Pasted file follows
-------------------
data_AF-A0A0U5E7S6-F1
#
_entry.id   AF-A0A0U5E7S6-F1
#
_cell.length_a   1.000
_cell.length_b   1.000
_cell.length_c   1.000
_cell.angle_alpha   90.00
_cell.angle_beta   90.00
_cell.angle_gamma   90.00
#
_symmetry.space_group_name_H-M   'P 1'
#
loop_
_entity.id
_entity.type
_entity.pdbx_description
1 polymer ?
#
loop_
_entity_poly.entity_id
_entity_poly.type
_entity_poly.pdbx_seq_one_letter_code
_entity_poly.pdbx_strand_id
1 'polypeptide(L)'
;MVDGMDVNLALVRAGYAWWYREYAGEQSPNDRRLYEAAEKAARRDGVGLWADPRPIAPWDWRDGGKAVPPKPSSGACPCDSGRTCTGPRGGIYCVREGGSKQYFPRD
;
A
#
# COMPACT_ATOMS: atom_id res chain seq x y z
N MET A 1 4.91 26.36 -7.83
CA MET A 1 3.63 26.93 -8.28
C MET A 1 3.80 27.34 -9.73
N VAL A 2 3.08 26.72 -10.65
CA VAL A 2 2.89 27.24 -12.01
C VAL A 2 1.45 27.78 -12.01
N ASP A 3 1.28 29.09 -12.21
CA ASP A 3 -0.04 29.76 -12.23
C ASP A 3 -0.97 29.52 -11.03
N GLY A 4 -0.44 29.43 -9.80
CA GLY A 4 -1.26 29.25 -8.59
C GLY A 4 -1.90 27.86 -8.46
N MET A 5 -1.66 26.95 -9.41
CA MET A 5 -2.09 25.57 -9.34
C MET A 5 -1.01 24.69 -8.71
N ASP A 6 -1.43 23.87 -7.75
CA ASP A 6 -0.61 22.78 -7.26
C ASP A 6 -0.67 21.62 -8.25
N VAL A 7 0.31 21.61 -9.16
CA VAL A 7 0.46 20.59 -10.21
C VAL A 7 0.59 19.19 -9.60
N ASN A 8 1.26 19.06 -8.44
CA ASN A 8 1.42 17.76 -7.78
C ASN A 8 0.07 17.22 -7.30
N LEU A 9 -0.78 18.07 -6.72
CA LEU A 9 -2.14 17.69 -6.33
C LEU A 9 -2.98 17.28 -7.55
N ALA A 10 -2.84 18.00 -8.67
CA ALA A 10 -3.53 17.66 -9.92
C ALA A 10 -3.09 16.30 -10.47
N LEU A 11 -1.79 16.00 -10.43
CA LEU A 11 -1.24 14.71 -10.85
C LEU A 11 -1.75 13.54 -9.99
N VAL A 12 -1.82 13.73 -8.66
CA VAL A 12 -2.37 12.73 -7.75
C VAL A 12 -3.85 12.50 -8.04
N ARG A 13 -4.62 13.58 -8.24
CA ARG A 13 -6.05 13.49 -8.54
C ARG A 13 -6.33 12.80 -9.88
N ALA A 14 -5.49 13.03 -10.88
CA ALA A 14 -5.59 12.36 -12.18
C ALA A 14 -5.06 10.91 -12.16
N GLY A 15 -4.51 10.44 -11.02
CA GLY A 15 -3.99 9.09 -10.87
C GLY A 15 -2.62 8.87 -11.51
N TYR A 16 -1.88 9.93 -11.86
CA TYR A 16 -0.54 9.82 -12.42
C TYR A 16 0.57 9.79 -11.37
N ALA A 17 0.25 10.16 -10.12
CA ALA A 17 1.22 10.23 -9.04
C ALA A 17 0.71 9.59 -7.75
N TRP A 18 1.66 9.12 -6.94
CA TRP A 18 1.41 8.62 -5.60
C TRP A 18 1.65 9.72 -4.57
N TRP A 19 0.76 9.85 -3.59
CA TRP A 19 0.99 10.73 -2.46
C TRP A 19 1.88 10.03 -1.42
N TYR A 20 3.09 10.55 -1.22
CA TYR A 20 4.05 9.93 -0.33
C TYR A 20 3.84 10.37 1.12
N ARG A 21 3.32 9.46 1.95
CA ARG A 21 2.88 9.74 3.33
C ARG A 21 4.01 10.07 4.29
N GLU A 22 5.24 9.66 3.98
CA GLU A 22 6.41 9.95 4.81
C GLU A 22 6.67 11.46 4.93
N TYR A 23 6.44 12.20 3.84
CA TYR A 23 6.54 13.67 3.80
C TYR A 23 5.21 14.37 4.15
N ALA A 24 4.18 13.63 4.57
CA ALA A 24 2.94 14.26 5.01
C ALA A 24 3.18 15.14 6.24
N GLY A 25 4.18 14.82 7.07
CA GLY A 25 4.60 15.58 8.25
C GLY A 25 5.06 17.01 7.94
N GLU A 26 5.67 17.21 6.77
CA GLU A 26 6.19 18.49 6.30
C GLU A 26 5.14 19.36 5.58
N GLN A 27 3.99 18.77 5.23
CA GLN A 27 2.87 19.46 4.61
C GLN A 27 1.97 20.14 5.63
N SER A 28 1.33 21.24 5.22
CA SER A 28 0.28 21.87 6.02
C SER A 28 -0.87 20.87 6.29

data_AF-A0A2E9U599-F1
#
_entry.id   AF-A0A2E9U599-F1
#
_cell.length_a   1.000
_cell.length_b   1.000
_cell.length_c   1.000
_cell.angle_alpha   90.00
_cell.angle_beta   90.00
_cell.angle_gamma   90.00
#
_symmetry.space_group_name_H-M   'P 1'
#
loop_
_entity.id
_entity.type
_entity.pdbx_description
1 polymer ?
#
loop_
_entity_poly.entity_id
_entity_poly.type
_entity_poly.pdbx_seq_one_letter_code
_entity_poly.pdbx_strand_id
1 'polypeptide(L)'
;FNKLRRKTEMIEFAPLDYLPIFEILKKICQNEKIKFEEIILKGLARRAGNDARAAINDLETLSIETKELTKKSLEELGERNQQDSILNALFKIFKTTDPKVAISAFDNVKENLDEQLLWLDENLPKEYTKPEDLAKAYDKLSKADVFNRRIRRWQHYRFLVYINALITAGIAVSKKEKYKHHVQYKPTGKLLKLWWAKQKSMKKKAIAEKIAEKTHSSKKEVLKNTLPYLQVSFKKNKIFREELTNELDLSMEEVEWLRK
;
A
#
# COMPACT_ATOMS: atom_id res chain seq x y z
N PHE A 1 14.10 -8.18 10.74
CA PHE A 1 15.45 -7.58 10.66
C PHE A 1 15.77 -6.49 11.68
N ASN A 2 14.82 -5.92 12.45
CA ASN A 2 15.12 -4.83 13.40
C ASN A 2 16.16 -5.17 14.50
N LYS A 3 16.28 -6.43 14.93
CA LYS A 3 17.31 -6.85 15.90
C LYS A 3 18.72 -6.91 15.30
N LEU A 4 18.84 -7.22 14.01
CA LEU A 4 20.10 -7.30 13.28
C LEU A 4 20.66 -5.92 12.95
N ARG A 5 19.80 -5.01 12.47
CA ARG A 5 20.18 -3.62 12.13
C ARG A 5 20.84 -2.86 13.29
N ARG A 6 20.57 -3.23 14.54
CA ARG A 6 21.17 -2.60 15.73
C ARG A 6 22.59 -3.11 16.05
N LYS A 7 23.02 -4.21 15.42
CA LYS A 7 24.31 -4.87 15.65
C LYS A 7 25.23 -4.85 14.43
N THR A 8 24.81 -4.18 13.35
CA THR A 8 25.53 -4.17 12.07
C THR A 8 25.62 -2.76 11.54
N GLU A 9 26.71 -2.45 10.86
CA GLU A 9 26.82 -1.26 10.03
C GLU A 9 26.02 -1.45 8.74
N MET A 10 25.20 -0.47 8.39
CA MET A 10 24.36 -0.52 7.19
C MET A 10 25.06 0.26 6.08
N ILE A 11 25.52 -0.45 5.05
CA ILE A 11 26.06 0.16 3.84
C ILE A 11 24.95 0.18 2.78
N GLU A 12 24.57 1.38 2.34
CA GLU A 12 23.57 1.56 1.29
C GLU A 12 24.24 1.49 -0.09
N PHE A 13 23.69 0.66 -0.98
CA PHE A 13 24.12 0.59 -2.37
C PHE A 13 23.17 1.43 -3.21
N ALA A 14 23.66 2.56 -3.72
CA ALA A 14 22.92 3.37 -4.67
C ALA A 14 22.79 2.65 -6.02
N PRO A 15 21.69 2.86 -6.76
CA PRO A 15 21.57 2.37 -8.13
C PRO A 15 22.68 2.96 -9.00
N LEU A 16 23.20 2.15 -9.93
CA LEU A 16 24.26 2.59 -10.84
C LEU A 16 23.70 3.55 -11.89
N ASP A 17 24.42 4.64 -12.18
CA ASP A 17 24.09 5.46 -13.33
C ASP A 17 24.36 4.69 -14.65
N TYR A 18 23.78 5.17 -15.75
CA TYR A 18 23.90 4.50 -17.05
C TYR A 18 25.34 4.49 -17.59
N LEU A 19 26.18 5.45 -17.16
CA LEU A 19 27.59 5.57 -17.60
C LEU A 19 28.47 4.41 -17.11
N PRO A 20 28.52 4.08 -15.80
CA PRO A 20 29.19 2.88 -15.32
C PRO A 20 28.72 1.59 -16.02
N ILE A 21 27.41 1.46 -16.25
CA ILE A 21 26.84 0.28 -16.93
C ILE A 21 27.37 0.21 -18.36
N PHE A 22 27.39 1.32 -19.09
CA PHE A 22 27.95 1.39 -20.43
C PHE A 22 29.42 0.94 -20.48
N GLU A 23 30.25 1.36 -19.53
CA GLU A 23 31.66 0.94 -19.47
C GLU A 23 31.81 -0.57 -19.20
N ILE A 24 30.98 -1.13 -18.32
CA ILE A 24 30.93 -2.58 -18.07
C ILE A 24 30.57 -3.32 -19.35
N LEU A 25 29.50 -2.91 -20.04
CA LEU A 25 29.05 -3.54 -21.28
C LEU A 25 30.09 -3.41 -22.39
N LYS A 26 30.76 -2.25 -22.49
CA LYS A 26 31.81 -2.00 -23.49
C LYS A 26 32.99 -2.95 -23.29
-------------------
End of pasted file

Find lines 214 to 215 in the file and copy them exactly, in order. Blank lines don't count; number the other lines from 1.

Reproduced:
N ILE A 24 30.98 -1.13 -18.32
CA ILE A 24 30.93 -2.58 -18.07